In a sort of Capitol call-and-response, the powerful Senate Judiciary Committee pledged to take up legislation to combat counterfeit medicines as Sen. Michael Bennet pledged to expand his own bill, the Drug Safety and Accountability Act, and seek bipartisan support for it.

“Having a safe drug supply is not a Democratic or Republican issue. It’s an issue of national security and consumer safety,” Sen. Bennet said today to the After Heparin conference sponsored by the Pew Health Group.

What about drug companies that hire overseas suppliers in plants they’ve never inspected or even seen? Pew’s Allan Coukell asked (see yesterday’s post). Sen. Bennet’s bill would look to address that, he said. “The notion you could buy from suppliers without knowing who they are is shocking to people,” the Senator said, “and should be shocking to people.”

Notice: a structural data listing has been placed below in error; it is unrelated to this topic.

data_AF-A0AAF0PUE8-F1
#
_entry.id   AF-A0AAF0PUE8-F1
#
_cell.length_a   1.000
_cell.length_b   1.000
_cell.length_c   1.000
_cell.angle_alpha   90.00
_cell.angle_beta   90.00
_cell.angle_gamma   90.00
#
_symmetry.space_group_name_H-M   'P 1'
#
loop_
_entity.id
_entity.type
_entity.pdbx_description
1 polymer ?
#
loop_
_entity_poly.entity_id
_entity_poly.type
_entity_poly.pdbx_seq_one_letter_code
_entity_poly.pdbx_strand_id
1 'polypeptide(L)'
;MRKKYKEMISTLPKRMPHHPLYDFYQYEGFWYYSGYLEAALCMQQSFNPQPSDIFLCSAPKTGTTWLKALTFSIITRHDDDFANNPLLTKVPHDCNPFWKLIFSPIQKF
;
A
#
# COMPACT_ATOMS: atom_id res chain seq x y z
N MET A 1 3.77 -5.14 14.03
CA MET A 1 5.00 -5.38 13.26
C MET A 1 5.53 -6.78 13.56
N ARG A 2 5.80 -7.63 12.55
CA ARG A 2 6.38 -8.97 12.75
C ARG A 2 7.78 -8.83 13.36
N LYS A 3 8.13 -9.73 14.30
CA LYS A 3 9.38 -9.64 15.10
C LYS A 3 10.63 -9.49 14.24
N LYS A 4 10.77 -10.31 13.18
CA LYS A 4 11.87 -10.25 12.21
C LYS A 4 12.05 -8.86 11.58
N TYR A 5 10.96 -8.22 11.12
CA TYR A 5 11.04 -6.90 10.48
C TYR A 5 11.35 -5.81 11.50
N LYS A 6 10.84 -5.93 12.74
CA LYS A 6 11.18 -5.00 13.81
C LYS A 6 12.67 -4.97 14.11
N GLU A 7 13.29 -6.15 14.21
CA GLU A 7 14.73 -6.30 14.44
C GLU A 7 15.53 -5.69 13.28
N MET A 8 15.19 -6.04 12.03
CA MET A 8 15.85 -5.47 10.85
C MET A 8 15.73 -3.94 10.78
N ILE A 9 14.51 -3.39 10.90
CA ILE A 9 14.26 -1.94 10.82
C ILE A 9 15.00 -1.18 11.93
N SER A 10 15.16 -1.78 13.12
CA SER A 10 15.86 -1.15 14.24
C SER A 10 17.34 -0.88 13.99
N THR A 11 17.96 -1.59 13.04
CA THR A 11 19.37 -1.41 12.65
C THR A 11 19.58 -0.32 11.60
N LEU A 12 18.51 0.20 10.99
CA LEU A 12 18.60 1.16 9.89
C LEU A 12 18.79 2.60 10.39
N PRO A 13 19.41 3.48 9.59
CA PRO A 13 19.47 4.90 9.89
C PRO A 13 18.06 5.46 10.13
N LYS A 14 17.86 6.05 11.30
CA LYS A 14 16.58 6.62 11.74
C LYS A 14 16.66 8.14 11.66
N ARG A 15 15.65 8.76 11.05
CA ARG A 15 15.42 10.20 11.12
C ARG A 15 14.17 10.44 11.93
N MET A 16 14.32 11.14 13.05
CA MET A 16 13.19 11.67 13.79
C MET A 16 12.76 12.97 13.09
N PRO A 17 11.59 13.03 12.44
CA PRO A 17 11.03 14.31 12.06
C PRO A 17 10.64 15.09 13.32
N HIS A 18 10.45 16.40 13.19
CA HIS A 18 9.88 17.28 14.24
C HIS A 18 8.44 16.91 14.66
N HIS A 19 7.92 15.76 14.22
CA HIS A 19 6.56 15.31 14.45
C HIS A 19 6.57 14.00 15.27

Shocking didn’t stop there. It seems we are indeed in the “Upton Sinclair period of the world,” as the US Pharmacopeia’s Roger Williams described. In California, 7,000 hospital patients were exposed to heparin after the recalls began three years ago, said panelist Virginia Herold, head of the California Board of Pharmacy. Only 18 percent of California hospitals had pulled the recalled blood thinner three months after the first recall. Telling stories of Chaucerian color—discovering counterfeits accidentally through medication errors, different-colored pills in the same bottle—Herold made a compelling argument for the first-in-nation e-pedigree law California is working to implement now, the national need for one, and better enforcement of existing monitoring systems.

Herold’s own ‘after heparin’ story also illustrated the potential dangers the current industry-led drug recall poses to the public. Both Sen. Bennet’s  bill and several others introduced last year in the House would give the FDA mandatory recall authority, which the agency has requested publicly in the past.

If yesterday’s convening generated deep agreement that the safety and quality systems that guard the US drug supply are in need of a major revamp, today’s sessions brought a different consensus: the problem of falsified and counterfeit drugs in the legitimate US drug supply is big, and has real if uncountable effects on clinical care.